The data set includes the experimental data and the corresponding code files supporting the results reported in Zhijie Zhu; Hyun Soo Park; Michael C. McAlpine. 3D Printed Deformable Sensors. Sci. Adv., 2020, DOI: 10.1126/sciadv.aba5575. The ability to directly print compliant biomedical devices on live human organs could benefit patient monitoring and wound treatment, which requires the 3D printer to adapt to the various deformations of the biological surface. We developed an in situ 3D printing system that estimates the motion and deformation of the target surface to adapt the toolpath in real time. With this printing system, a hydrogel-based sensor was printed on a porcine lung under respiration-induced deformation. The sensor was compliant to the tissue surface and provided continuous spatial mapping of deformation via electrical impedance tomography. This adaptive 3D printing approach may enhance robot-assisted medical treatments with additive manufacturing capabilities, enabling autonomous and direct printing of wearable electronics and biological materials on and inside the human body.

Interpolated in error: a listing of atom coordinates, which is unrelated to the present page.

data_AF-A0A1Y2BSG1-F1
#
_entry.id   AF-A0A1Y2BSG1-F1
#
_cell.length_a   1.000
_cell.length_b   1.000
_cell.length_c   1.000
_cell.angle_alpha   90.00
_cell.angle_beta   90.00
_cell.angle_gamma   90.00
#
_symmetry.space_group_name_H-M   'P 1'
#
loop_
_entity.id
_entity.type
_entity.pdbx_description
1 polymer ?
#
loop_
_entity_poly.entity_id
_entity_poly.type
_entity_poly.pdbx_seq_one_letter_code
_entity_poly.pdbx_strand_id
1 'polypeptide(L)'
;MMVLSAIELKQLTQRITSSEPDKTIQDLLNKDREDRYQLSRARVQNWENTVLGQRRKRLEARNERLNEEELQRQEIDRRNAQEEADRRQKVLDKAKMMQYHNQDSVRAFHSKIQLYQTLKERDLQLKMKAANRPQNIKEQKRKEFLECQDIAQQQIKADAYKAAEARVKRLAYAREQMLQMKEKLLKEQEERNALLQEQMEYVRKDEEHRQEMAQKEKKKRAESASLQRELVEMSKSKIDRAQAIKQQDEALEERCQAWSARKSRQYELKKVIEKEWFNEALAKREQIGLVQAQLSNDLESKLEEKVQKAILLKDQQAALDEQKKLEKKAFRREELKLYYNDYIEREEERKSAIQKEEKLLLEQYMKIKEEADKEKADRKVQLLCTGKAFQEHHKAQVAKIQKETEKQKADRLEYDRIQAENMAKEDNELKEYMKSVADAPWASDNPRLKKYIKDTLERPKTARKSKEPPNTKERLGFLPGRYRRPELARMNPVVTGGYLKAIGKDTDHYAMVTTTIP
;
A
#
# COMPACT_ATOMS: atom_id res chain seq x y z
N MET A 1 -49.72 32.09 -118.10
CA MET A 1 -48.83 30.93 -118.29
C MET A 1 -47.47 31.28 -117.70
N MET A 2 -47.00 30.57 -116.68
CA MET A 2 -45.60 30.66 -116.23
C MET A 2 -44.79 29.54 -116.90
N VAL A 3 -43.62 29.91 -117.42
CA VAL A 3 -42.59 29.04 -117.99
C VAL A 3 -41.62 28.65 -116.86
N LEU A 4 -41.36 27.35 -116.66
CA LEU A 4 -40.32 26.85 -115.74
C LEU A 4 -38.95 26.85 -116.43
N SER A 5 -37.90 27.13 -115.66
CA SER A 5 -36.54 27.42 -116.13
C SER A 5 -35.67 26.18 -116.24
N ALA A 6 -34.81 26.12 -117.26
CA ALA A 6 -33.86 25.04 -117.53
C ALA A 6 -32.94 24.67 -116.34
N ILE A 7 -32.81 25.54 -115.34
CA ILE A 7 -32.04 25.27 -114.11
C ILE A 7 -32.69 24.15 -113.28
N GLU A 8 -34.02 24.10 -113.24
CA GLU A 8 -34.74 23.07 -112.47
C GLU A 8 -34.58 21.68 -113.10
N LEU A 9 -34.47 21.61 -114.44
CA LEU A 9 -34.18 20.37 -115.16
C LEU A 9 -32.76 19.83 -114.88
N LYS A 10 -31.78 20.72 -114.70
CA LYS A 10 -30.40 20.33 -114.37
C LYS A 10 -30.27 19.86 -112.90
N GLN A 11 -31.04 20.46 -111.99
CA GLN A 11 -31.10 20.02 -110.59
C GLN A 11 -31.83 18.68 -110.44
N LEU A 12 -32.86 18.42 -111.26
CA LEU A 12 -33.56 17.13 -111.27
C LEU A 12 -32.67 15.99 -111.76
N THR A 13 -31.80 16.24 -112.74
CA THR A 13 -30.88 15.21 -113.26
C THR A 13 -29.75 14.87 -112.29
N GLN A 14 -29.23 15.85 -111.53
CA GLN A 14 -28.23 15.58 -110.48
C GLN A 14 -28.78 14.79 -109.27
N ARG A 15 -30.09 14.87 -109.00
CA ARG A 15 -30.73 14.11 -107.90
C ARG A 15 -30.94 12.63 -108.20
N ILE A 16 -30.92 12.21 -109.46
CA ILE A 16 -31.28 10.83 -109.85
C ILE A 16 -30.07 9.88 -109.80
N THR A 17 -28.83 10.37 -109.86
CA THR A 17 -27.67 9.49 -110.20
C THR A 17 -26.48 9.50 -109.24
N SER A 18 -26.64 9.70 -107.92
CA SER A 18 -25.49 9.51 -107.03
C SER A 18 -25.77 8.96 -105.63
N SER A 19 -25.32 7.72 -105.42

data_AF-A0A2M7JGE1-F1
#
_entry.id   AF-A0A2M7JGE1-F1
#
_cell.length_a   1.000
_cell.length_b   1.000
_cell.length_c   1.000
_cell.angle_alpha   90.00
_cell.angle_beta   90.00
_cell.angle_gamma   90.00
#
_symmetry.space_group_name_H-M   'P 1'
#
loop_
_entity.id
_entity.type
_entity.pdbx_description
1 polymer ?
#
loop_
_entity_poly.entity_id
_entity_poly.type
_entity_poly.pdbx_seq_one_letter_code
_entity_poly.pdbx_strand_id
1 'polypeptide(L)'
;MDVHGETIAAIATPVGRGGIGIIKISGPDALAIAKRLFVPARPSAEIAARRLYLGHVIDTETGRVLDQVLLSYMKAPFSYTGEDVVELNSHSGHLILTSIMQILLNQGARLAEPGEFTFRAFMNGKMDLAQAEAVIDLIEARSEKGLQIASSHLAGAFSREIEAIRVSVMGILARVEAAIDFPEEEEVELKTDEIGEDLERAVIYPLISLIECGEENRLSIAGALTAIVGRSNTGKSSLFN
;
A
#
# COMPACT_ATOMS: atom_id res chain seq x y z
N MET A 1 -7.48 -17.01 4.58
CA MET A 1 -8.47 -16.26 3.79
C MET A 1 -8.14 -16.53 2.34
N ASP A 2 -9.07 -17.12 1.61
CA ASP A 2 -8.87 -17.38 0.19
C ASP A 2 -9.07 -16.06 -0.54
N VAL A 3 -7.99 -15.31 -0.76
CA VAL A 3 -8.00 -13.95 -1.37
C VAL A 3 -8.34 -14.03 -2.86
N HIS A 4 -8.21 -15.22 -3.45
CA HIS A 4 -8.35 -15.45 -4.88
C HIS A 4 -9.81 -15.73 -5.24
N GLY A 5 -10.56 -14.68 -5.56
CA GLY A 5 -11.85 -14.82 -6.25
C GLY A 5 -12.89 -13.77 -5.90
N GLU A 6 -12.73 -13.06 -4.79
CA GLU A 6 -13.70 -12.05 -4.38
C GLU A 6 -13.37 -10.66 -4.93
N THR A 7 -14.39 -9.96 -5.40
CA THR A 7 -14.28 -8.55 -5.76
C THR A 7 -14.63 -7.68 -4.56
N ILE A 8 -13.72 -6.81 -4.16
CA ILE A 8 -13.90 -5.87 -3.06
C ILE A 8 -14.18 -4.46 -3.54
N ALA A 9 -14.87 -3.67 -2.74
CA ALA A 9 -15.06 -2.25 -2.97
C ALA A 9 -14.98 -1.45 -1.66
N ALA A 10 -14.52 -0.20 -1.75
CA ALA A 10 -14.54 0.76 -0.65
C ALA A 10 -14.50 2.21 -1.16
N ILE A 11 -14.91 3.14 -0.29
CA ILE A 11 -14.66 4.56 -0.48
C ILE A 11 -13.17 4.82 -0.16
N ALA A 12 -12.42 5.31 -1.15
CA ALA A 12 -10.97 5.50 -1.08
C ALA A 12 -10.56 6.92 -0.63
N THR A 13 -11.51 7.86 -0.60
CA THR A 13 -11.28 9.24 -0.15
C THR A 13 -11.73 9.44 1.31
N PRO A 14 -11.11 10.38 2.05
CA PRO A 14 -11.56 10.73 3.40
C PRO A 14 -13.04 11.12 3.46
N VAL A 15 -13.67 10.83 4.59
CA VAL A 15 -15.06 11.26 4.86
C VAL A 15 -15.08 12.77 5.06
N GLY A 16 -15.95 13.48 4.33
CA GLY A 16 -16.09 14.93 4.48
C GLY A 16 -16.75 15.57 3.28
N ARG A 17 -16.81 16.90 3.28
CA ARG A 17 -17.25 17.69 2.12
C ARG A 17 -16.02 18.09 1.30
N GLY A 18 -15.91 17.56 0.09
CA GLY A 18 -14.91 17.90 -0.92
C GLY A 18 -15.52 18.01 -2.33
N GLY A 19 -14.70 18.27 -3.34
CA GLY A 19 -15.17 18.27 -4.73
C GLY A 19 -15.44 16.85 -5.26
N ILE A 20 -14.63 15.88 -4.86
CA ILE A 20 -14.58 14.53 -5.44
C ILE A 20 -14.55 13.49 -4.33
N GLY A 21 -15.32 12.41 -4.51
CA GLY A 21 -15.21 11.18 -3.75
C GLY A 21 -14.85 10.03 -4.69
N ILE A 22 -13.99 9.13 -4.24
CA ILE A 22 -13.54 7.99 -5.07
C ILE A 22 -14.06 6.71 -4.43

Full description in the file "ZhuReadme.txt".
Sponsorship: National Institutes of Health, Grant 1DP2EB020537; Medtronic; The graduate school of the University of Minnesota, 2019-20 Doctoral Dissertation Fellowship